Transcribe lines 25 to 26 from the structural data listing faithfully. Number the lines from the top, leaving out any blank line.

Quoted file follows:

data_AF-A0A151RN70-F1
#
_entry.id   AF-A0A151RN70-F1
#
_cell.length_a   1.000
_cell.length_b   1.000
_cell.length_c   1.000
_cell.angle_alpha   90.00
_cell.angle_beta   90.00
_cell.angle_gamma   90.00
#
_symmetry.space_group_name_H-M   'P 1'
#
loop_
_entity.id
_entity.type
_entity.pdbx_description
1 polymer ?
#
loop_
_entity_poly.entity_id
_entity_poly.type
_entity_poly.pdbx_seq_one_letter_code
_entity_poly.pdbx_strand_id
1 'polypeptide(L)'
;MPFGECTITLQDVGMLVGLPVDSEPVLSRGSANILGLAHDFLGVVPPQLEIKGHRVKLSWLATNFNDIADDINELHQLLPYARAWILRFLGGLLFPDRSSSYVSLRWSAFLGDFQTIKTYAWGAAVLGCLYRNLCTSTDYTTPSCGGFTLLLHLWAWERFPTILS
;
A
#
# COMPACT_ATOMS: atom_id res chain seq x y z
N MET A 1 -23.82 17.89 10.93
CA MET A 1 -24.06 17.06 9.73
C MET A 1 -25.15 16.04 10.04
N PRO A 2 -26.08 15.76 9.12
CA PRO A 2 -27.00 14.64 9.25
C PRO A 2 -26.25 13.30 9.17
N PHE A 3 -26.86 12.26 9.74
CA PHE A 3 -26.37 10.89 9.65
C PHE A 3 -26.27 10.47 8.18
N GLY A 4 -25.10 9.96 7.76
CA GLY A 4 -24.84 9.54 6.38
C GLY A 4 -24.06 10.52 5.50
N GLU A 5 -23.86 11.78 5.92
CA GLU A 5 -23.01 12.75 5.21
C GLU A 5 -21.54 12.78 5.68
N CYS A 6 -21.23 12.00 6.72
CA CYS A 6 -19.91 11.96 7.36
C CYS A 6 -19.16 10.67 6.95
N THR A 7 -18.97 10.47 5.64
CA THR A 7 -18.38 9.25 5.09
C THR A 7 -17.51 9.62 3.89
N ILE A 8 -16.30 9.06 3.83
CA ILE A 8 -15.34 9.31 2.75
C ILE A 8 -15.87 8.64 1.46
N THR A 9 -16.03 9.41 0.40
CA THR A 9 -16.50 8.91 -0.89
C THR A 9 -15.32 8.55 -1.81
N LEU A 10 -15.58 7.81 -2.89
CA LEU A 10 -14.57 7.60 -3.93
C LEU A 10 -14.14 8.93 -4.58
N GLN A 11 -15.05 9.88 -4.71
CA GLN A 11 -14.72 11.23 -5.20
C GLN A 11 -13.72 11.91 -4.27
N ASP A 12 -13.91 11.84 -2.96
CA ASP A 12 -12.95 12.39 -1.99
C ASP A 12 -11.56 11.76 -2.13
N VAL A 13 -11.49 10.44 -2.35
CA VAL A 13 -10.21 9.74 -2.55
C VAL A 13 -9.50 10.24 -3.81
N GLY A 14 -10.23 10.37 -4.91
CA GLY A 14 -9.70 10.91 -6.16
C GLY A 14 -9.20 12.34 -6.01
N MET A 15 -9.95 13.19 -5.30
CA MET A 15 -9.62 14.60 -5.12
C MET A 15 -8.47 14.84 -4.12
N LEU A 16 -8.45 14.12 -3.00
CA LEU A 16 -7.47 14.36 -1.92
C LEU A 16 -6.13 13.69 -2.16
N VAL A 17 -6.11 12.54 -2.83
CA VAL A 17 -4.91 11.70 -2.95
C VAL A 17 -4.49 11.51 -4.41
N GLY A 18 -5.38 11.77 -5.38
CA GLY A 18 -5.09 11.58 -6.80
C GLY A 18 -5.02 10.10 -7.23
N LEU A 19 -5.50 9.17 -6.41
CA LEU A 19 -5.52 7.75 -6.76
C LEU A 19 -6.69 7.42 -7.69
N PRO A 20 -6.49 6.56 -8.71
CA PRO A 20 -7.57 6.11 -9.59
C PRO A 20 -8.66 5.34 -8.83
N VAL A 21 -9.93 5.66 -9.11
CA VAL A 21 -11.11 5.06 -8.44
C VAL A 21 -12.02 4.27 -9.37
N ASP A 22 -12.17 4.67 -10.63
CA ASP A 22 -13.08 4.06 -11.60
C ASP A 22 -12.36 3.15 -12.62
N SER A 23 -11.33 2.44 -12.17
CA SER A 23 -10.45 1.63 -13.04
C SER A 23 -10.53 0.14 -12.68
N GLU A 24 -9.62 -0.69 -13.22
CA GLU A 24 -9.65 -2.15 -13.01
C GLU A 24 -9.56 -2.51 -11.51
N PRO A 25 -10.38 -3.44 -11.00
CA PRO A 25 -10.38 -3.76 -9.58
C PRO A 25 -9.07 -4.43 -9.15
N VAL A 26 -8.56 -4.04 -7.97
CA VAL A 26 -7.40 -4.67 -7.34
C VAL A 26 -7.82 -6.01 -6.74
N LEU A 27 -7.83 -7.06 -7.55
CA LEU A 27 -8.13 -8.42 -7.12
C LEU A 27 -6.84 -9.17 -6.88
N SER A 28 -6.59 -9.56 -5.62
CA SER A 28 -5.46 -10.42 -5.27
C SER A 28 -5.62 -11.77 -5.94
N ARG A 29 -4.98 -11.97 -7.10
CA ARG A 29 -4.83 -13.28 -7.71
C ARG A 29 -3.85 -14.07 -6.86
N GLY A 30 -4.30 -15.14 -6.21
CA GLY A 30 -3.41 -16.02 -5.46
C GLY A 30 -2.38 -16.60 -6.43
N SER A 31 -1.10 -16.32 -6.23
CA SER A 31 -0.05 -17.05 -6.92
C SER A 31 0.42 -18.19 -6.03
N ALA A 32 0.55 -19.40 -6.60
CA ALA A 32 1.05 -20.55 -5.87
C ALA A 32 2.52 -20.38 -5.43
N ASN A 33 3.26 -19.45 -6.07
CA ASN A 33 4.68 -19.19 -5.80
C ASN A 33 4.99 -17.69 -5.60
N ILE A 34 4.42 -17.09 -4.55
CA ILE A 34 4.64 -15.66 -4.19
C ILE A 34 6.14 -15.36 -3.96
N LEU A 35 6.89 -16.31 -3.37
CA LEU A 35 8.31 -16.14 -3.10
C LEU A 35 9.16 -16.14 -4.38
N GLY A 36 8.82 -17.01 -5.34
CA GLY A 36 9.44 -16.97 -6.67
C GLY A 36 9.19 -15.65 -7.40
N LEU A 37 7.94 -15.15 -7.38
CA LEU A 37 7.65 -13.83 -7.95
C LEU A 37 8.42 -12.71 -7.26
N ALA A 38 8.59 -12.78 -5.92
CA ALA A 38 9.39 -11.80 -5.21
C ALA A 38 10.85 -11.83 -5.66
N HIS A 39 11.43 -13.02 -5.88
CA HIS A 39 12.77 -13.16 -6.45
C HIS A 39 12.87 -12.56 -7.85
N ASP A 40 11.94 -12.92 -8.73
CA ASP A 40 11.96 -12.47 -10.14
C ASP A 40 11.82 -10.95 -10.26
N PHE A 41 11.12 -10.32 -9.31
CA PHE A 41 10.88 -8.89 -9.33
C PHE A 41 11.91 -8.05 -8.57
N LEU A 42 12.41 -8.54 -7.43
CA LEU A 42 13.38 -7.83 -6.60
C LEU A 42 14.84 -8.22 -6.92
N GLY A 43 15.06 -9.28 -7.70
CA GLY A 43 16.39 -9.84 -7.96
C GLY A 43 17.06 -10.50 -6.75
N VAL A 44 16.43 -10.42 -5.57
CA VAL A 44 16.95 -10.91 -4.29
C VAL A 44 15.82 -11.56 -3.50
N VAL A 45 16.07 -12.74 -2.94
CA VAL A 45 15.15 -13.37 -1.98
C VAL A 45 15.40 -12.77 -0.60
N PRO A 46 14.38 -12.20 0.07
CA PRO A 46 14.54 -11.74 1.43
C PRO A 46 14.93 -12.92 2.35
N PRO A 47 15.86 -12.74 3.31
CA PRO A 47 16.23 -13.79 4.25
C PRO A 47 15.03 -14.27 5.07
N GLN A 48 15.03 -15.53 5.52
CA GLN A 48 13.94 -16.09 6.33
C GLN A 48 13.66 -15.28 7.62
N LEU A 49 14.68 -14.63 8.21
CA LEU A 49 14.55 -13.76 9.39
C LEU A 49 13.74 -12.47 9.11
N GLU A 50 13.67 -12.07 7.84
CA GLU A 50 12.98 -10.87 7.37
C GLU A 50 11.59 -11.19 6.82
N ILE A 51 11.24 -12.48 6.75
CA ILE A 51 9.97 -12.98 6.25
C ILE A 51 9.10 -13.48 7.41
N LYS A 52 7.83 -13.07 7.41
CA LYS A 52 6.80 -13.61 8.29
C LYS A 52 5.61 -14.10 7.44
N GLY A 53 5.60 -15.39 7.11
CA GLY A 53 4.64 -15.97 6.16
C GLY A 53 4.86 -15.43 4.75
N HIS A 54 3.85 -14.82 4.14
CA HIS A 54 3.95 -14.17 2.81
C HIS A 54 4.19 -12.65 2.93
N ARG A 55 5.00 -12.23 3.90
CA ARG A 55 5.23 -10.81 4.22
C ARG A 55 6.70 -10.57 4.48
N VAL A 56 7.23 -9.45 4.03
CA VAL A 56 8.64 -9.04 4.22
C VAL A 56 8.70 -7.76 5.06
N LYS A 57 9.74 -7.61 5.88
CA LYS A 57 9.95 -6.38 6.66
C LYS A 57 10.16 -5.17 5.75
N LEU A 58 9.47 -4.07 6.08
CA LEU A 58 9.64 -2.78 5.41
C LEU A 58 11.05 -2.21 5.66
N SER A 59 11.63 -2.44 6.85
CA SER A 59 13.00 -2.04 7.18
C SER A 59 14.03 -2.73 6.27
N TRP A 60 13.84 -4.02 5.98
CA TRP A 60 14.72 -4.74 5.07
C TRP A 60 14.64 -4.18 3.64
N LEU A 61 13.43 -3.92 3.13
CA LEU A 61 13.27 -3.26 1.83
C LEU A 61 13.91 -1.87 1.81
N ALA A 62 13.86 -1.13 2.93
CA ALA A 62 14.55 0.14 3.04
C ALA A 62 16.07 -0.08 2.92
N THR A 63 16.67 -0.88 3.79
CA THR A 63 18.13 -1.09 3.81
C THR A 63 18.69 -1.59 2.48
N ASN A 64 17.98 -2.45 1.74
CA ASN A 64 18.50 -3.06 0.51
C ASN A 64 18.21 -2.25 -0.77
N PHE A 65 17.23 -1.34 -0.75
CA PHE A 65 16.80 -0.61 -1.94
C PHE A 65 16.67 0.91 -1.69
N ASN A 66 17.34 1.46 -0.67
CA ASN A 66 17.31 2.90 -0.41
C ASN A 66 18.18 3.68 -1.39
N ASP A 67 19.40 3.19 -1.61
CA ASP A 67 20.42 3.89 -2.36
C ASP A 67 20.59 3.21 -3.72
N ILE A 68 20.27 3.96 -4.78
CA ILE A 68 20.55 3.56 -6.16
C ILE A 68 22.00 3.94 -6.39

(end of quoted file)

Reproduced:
1 'polypeptide(L)'
;MPFGECTITLQDVGMLVGLPVDSEPVLSRGSANILGLAHDFLGVVPPQLEIKGHRVKLSWLATNFNDIADDINELHQLLPYARAWILRFLGGLLFPDRSSSYVSLRWSAFLGDFQTIKTYAWGAAVLGCLYRNLCTSTDYTTPSCGGFTLLLHLWAWERFPTILS